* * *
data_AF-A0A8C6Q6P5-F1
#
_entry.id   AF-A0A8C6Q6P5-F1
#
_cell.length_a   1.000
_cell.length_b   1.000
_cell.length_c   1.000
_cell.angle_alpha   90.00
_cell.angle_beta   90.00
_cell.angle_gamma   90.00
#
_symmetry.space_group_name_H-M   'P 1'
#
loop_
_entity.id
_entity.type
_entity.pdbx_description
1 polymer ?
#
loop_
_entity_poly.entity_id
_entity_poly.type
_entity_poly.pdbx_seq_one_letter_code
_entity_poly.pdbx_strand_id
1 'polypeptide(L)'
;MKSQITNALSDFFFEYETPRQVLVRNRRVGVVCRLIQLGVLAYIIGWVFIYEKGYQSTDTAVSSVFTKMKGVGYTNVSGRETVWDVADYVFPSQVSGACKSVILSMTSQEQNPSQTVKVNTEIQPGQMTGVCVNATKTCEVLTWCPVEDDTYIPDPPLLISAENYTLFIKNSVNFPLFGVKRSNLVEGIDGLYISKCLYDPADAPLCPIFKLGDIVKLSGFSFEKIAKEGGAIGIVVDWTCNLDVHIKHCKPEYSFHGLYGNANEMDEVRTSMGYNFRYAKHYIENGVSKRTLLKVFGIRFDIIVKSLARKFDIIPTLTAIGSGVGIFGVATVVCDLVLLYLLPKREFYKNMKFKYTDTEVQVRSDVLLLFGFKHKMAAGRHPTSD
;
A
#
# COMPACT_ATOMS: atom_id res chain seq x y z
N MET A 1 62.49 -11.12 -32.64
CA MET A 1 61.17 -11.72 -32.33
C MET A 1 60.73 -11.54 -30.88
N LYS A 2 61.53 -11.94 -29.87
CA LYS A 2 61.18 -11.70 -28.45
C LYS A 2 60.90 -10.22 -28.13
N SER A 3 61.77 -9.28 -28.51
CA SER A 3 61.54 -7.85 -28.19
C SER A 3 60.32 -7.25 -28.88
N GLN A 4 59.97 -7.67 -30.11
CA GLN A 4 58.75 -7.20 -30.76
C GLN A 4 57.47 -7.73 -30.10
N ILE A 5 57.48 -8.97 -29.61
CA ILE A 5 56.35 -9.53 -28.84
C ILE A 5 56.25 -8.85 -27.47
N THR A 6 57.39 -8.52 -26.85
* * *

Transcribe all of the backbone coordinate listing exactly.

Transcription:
data_AF-A0A8C6Q6P5-F1
#
_entry.id   AF-A0A8C6Q6P5-F1
#
_cell.length_a   1.000
_cell.length_b   1.000
_cell.length_c   1.000
_cell.angle_alpha   90.00
_cell.angle_beta   90.00
_cell.angle_gamma   90.00
#
_symmetry.space_group_name_H-M   'P 1'
#
loop_
_entity.id
_entity.type
_entity.pdbx_description
1 polymer ?
#
loop_
_entity_poly.entity_id
_entity_poly.type
_entity_poly.pdbx_seq_one_letter_code
_entity_poly.pdbx_strand_id
1 'polypeptide(L)'
;MKSQITNALSDFFFEYETPRQVLVRNRRVGVVCRLIQLGVLAYIIGWVFIYEKGYQSTDTAVSSVFTKMKGVGYTNVSGRETVWDVADYVFPSQVSGACKSVILSMTSQEQNPSQTVKVNTEIQPGQMTGVCVNATKTCEVLTWCPVEDDTYIPDPPLLISAENYTLFIKNSVNFPLFGVKRSNLVEGIDGLYISKCLYDPADAPLCPIFKLGDIVKLSGFSFEKIAKEGGAIGIVVDWTCNLDVHIKHCKPEYSFHGLYGNANEMDEVRTSMGYNFRYAKHYIENGVSKRTLLKVFGIRFDIIVKSLARKFDIIPTLTAIGSGVGIFGVATVVCDLVLLYLLPKREFYKNMKFKYTDTEVQVRSDVLLLFGFKHKMAAGRHPTSD
;
A
#
# COMPACT_ATOMS: atom_id res chain seq x y z
N MET A 1 62.49 -11.12 -32.64
CA MET A 1 61.17 -11.72 -32.33
C MET A 1 60.73 -11.54 -30.88
N LYS A 2 61.53 -11.94 -29.87
CA LYS A 2 61.18 -11.70 -28.45
C LYS A 2 60.90 -10.22 -28.13
N SER A 3 61.77 -9.28 -28.51
CA SER A 3 61.54 -7.85 -28.19
C SER A 3 60.32 -7.25 -28.88
N GLN A 4 59.97 -7.67 -30.11
CA GLN A 4 58.75 -7.20 -30.76
C GLN A 4 57.47 -7.73 -30.10
N ILE A 5 57.48 -8.97 -29.61
CA ILE A 5 56.35 -9.53 -28.84
C ILE A 5 56.25 -8.85 -27.47
N THR A 6 57.39 -8.52 -26.85